Posted on June 03 2016
Holidays abroad aren't the only trips you can take with your kids – camping right here in the heart of the UK can be just as fun, and half as costly! Here are some tips and tricks if you’re planning a family camping trip, including what to pack, where to go and what to do.
What to pack
Obviously, you’ll be packing the tent, your clothes, toiletries, a first aid kit and all of the other camping essentials – but here are a few extras that will make your trip that little bit easier.
Comfortable sleeping pads. Children can have trouble sleeping when they’re not in their usual surroundings, so the best thing you could possibly do is to ensure their bed is as comfortable as possible with a foamy sleeping pad and pillow.
Maps, binoculars, compass and torches. What’s the point in camping if you can’t teach children a little more about the Great Outdoors? These small items can fit in a children’s backpack, and they can enhance the whole experience for little ones.
Clothes for all weather permutations. British weather is notoriously unpredictable – if you’re packing swimwear, you should also pack waterproofs just in case! If you’re packing wool jumpers and heavy coats, don’t forget to include a few light vests in case the weather picks up.
Where to go
The UK has an abundance of child-friendly camping sites – here are just a few:
Arthur’s Field is one of the most popular family camp sites in England. Situated in Treloan, Cornwall, there are plenty of exciting activities for children to get involved in, including feeding the animals on-site, camp-fire storytelling and art workshops.
Beddgelert camp site in the heart of Wales is situated right in the middle of a forest – but it’s just a five-minute walk to a local village with all the amenities you need. There’s a kid’s playground on site, as well as local attractions including Go Ape, the Welsh Highland Railway, and of course, Mount Snowdon.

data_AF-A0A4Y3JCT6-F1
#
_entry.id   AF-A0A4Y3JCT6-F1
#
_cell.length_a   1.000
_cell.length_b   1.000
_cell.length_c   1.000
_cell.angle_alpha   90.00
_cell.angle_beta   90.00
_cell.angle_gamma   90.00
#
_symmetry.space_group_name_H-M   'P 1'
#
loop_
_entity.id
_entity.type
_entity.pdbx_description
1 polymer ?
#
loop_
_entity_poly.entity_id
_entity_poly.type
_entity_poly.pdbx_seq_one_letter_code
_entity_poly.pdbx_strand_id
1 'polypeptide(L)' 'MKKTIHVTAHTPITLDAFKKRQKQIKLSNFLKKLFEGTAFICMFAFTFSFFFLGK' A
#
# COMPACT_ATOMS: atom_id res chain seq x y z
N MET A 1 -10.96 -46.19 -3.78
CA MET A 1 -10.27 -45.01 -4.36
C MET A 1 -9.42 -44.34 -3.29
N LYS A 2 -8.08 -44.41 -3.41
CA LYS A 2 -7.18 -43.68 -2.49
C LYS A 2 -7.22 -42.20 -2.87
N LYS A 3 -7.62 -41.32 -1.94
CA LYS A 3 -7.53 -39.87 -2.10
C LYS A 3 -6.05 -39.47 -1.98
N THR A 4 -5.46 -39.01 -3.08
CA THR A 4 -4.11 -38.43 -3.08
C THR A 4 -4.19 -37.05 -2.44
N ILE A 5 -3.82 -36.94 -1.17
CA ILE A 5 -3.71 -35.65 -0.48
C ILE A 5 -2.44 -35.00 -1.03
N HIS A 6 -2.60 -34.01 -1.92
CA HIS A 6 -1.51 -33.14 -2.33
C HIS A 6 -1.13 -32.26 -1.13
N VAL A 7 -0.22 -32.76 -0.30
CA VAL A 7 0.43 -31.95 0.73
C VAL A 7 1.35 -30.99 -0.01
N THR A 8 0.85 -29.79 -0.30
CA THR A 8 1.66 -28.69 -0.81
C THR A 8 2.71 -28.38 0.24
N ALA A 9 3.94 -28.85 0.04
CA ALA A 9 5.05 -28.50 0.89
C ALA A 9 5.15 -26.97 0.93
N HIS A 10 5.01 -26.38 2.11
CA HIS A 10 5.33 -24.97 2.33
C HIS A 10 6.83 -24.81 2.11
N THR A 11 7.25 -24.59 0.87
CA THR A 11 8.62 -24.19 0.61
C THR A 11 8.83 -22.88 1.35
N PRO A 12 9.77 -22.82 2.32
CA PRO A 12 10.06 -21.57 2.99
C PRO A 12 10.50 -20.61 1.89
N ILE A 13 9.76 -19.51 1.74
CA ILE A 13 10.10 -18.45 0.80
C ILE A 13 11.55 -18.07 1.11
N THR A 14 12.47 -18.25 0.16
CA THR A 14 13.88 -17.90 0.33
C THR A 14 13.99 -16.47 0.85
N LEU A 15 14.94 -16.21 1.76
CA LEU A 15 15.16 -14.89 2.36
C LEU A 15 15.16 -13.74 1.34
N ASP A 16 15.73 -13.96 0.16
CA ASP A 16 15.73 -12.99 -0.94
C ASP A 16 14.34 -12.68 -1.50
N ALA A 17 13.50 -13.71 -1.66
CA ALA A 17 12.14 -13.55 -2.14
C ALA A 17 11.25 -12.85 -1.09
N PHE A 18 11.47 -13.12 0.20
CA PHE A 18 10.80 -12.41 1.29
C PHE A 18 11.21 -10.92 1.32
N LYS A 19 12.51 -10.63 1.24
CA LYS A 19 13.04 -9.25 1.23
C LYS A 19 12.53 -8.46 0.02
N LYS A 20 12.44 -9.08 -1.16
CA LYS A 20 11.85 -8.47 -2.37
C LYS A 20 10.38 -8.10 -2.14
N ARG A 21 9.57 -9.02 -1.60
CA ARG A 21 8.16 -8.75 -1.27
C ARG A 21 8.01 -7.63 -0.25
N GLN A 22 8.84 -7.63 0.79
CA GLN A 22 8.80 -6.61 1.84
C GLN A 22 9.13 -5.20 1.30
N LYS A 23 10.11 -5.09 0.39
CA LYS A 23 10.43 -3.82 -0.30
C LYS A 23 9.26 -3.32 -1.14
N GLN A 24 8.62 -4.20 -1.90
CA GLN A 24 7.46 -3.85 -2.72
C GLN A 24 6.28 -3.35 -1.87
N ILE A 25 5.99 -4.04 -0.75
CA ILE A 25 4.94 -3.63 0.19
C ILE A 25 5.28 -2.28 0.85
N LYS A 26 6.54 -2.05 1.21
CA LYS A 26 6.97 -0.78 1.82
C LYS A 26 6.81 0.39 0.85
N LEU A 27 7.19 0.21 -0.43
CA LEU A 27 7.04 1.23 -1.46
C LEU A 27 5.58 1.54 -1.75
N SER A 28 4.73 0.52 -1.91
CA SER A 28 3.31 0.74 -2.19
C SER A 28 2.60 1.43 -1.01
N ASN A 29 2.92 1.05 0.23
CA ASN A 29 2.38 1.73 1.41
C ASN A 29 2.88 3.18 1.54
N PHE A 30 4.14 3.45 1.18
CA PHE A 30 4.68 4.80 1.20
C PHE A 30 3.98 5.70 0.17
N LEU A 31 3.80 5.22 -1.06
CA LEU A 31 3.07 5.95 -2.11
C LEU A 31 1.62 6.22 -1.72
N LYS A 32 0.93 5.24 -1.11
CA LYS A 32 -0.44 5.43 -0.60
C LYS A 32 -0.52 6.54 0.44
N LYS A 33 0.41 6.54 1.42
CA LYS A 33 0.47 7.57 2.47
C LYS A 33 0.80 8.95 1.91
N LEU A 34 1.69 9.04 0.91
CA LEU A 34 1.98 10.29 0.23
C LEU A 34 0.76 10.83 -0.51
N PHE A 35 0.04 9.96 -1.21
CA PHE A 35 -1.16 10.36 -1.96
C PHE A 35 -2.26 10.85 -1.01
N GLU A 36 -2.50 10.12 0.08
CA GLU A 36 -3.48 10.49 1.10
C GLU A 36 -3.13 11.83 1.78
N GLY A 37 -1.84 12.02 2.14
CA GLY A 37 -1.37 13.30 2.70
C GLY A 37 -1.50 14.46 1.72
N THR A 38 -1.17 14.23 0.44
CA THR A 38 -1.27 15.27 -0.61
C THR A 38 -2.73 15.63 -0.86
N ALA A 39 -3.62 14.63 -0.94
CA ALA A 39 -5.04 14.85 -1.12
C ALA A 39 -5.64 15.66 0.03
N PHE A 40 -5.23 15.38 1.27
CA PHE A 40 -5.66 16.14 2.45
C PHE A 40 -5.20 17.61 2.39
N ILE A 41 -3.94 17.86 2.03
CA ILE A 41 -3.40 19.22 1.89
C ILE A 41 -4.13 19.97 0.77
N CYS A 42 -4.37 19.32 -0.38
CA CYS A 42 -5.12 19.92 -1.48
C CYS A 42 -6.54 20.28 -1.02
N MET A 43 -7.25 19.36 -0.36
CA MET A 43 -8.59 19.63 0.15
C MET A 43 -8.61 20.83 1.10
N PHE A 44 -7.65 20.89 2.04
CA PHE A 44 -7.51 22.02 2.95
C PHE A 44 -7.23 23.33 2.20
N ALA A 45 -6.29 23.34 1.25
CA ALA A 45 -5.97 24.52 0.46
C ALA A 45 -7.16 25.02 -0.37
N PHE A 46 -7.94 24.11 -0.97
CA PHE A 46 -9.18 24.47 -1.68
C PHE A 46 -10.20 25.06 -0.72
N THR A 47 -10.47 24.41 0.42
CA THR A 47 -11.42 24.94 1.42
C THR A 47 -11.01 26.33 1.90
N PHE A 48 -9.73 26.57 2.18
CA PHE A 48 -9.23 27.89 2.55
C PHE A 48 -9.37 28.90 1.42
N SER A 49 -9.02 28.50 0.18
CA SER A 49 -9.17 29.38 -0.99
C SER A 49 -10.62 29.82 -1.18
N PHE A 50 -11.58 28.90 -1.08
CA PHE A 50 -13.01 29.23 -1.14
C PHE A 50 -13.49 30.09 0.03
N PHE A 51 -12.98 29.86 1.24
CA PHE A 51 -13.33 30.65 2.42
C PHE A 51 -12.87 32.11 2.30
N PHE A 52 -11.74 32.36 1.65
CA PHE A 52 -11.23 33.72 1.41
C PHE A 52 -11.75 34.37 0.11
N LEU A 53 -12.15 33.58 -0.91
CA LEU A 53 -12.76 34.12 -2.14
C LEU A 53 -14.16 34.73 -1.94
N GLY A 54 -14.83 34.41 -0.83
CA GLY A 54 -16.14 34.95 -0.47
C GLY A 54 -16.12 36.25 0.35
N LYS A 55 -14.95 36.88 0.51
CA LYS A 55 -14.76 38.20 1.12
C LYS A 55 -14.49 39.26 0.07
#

Jerusalem Farm in Yorkshire is one for families who want to ‘rough it’. Children can learn about nature here, and there’s plenty of nature walks and cycle paths for the more active residents.
What to do
You've got no iPads, no television and no distractions – it sounds idyllic, but some parents break out into a cold sweat as they panic about keeping their little ones entertained without electricity! Here are a few suggestions:
A scavenger hunt is a typical camping activity that’s great for kids of all ages. Create a list beforehand (you can find many online) and send your little ones off (in groups of two, at least) to find leaves of a certain colour, rocks of a certain shape or special items like shells, seeds and pine cones.
Kids will love the thrill of cooking on a camp fire – it’s totally different from the microwave or oven at home! Ask for their help putting marshmallows onto skewers, but make sure you do the actual roasting yourself!
Start a ‘Camping Olympics’ competition. You could even get other families on the site involved! If you’re near a beach you’ll have an ideal space for the long jump, and a tug-o-war can be set up easily with just a piece of rope. Add in nature-themed events like skipping stones, or posing like a tree for the longest!